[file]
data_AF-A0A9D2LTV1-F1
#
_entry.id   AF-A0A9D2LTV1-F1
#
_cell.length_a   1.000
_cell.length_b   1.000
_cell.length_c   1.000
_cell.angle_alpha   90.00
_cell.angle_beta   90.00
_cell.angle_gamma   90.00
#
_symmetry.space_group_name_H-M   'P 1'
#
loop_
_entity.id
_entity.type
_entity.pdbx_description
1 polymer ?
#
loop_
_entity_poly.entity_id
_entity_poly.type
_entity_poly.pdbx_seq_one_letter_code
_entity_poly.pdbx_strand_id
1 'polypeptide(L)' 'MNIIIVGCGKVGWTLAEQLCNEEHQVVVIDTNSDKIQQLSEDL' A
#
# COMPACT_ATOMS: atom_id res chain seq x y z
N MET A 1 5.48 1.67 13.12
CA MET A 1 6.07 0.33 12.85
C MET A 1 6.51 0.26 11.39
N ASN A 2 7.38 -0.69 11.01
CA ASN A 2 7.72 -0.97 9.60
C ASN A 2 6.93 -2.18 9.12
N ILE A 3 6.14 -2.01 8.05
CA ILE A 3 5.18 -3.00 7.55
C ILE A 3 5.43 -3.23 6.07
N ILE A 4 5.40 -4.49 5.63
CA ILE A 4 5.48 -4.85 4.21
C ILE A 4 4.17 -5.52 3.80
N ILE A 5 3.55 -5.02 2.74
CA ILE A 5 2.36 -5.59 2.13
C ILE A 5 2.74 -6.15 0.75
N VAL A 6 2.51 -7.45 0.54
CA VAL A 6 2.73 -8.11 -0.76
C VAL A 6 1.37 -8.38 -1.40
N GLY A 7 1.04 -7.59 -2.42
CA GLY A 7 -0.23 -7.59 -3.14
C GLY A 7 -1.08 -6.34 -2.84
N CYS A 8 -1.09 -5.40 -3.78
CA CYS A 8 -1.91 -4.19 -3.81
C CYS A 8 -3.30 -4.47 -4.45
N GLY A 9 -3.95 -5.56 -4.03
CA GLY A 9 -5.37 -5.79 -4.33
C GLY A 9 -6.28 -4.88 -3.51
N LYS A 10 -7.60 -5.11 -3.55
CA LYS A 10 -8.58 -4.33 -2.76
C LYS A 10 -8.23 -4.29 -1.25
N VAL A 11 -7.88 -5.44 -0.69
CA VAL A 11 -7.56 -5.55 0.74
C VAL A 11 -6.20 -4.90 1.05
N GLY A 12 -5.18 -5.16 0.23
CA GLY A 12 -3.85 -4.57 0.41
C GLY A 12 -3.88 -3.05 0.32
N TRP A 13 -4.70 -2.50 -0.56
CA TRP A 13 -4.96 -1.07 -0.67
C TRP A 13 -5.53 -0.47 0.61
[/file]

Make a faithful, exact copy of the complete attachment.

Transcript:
data_AF-A0A9D2LTV1-F1
#
_entry.id   AF-A0A9D2LTV1-F1
#
_cell.length_a   1.000
_cell.length_b   1.000
_cell.length_c   1.000
_cell.angle_alpha   90.00
_cell.angle_beta   90.00
_cell.angle_gamma   90.00
#
_symmetry.space_group_name_H-M   'P 1'
#
loop_
_entity.id
_entity.type
_entity.pdbx_description
1 polymer ?
#
loop_
_entity_poly.entity_id
_entity_poly.type
_entity_poly.pdbx_seq_one_letter_code
_entity_poly.pdbx_strand_id
1 'polypeptide(L)' 'MNIIIVGCGKVGWTLAEQLCNEEHQVVVIDTNSDKIQQLSEDL' A
#
# COMPACT_ATOMS: atom_id res chain seq x y z
N MET A 1 5.48 1.67 13.12
CA MET A 1 6.07 0.33 12.85
C MET A 1 6.51 0.26 11.39
N ASN A 2 7.38 -0.69 11.01
CA ASN A 2 7.72 -0.97 9.60
C ASN A 2 6.93 -2.18 9.12
N ILE A 3 6.14 -2.01 8.05
CA ILE A 3 5.18 -3.00 7.55
C ILE A 3 5.43 -3.23 6.07
N ILE A 4 5.40 -4.49 5.63
CA ILE A 4 5.48 -4.85 4.21
C ILE A 4 4.17 -5.52 3.80
N ILE A 5 3.55 -5.02 2.74
CA ILE A 5 2.36 -5.59 2.13
C ILE A 5 2.74 -6.15 0.75
N VAL A 6 2.51 -7.45 0.54
CA VAL A 6 2.73 -8.11 -0.76
C VAL A 6 1.37 -8.38 -1.40
N GLY A 7 1.04 -7.59 -2.42
CA GLY A 7 -0.23 -7.59 -3.14
C GLY A 7 -1.08 -6.34 -2.84
N CYS A 8 -1.09 -5.40 -3.78
CA CYS A 8 -1.91 -4.19 -3.81
C CYS A 8 -3.30 -4.47 -4.45
N GLY A 9 -3.95 -5.56 -4.03
CA GLY A 9 -5.37 -5.79 -4.33
C GLY A 9 -6.28 -4.88 -3.51
N LYS A 10 -7.60 -5.11 -3.55
CA LYS A 10 -8.58 -4.33 -2.76
C LYS A 10 -8.23 -4.29 -1.25
N VAL A 11 -7.88 -5.44 -0.69
CA VAL A 11 -7.56 -5.55 0.74
C VAL A 11 -6.20 -4.90 1.05
N GLY A 12 -5.18 -5.16 0.23
CA GLY A 12 -3.85 -4.57 0.41
C GLY A 12 -3.88 -3.05 0.32
N TRP A 13 -4.70 -2.50 -0.56
CA TRP A 13 -4.96 -1.07 -0.67
C TRP A 13 -5.53 -0.47 0.61